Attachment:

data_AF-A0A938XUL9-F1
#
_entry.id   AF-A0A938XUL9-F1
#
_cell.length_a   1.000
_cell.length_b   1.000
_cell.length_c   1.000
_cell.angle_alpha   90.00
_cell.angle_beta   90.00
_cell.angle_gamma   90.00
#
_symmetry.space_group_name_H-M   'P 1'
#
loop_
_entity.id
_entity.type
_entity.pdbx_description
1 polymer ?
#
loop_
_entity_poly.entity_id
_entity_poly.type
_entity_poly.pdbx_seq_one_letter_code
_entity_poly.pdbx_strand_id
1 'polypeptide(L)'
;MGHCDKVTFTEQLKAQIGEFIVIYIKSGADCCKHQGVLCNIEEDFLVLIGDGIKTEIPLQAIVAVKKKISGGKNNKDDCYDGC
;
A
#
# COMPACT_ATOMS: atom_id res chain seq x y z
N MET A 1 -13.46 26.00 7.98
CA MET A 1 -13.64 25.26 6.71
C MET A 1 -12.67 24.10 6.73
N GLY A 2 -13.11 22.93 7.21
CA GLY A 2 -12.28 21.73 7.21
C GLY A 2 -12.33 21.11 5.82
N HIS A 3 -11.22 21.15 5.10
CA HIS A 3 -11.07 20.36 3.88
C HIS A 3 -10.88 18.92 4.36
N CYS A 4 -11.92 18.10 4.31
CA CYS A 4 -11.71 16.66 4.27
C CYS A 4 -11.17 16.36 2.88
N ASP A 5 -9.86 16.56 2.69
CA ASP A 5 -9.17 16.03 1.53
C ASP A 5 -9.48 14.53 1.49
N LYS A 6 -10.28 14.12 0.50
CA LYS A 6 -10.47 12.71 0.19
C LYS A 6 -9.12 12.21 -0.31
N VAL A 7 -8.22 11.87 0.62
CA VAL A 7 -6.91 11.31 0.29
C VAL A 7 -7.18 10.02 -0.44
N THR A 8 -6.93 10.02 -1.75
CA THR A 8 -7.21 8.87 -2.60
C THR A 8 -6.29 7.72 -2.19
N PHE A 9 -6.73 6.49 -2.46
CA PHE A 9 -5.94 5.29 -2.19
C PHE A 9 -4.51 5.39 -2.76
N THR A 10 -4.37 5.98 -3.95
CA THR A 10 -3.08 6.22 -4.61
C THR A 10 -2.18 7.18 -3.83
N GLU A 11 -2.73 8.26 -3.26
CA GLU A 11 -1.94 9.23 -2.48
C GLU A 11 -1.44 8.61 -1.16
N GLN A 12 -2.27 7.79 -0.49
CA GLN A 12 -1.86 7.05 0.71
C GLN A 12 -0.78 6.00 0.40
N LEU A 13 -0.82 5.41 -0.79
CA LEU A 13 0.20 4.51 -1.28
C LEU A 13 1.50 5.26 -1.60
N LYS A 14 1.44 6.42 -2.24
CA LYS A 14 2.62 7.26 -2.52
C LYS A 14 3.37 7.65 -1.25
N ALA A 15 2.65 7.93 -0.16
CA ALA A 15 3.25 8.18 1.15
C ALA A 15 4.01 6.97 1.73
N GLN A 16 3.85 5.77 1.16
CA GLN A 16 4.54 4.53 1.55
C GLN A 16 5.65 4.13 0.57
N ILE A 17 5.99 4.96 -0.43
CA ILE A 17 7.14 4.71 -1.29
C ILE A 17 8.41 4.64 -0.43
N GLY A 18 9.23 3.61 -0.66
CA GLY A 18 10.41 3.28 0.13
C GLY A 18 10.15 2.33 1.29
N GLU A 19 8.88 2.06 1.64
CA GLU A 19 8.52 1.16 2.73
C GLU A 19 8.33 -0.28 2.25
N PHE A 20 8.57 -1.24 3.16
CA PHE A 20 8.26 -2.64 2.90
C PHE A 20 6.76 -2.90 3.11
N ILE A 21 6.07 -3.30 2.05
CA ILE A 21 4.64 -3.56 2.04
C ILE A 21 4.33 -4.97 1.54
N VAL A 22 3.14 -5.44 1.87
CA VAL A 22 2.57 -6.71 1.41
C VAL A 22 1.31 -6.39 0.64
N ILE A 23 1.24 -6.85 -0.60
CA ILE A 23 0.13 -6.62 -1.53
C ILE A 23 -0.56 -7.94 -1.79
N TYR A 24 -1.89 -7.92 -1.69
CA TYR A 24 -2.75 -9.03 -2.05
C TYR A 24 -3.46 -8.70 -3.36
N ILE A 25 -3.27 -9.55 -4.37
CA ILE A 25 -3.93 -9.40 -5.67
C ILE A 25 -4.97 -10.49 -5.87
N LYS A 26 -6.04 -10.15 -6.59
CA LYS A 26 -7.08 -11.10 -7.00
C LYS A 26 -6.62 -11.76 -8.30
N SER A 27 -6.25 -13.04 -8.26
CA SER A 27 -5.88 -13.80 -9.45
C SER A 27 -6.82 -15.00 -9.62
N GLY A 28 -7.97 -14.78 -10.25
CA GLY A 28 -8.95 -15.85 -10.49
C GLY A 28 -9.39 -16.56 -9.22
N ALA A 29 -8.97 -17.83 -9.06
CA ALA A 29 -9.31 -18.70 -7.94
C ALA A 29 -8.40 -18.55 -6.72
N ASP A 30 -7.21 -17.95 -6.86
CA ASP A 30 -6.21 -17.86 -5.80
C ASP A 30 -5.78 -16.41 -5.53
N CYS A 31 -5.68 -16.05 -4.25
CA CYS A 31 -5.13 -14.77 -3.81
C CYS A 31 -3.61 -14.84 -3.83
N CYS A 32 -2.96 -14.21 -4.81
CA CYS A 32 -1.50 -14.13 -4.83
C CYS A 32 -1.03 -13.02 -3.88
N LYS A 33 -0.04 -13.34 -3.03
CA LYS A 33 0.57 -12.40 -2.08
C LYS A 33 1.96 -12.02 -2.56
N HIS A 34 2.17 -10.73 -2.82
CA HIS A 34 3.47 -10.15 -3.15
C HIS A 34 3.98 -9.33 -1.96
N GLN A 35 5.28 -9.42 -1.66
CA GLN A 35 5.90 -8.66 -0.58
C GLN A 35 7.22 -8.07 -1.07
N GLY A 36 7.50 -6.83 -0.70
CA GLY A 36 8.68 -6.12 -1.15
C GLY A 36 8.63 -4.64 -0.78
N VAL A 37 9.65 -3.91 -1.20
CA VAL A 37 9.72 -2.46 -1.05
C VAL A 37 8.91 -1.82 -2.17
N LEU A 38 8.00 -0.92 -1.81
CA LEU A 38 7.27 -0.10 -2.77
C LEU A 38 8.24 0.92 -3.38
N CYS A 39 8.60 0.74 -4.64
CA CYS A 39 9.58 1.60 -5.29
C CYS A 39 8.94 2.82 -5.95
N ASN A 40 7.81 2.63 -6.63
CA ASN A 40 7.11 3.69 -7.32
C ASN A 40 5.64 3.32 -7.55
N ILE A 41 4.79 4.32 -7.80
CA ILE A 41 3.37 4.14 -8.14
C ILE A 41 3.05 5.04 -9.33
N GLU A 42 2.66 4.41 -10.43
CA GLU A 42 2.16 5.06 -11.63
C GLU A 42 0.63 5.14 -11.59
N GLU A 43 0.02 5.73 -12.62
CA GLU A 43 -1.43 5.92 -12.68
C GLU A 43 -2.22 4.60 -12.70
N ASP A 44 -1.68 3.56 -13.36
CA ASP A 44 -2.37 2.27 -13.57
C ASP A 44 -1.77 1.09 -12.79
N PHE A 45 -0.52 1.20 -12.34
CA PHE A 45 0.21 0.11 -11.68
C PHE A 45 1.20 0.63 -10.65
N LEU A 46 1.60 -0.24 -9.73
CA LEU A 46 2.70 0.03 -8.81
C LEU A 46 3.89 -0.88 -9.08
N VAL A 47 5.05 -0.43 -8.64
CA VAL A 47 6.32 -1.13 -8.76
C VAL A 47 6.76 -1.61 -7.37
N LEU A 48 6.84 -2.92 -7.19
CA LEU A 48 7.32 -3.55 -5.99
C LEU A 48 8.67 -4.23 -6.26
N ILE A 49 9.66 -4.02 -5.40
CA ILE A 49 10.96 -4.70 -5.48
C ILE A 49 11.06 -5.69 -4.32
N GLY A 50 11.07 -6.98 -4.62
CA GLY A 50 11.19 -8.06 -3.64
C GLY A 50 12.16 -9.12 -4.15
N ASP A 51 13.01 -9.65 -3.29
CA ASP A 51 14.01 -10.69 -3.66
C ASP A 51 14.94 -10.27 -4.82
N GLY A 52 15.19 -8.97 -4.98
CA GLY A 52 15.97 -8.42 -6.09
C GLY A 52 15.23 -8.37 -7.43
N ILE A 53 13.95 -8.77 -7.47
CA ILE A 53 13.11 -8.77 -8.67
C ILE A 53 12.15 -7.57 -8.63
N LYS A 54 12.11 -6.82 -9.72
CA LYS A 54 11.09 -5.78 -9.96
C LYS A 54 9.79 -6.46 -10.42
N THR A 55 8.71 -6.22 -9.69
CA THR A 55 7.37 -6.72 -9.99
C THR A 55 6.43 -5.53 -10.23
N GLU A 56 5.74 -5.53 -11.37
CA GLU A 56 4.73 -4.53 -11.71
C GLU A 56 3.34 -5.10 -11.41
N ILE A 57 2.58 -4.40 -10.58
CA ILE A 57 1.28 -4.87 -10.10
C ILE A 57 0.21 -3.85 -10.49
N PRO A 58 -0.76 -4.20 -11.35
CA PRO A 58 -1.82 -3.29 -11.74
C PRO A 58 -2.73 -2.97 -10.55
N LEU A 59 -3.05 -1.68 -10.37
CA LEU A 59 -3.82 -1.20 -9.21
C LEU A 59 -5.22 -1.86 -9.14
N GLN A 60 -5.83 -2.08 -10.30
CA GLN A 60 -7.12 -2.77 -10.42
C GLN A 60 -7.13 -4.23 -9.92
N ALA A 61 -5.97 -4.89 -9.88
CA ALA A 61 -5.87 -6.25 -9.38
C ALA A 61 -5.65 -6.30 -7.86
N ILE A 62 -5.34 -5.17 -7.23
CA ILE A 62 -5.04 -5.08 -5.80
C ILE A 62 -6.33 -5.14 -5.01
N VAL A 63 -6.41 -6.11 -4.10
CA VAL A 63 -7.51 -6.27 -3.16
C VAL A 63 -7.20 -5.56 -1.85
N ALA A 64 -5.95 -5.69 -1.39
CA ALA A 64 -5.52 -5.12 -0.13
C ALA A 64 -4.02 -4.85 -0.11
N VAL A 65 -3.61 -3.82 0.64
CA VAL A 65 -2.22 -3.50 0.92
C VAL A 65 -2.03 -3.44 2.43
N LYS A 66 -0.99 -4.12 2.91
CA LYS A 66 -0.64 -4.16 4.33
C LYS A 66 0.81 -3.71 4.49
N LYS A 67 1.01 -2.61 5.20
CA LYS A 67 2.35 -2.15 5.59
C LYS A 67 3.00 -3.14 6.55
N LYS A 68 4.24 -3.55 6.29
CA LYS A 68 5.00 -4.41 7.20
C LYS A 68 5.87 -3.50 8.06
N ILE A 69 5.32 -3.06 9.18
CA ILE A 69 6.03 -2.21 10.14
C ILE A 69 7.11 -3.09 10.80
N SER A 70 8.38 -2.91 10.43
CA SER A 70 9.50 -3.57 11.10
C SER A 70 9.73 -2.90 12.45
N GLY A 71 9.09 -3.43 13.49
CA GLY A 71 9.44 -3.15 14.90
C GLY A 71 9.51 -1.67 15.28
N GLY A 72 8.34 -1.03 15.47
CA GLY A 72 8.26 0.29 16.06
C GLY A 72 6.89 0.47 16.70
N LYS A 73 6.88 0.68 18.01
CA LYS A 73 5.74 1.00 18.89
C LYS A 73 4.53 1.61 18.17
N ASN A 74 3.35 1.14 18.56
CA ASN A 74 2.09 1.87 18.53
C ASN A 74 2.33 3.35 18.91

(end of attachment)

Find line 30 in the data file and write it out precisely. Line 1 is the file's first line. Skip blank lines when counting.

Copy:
# COMPACT_ATOMS: atom_id res chain seq x y z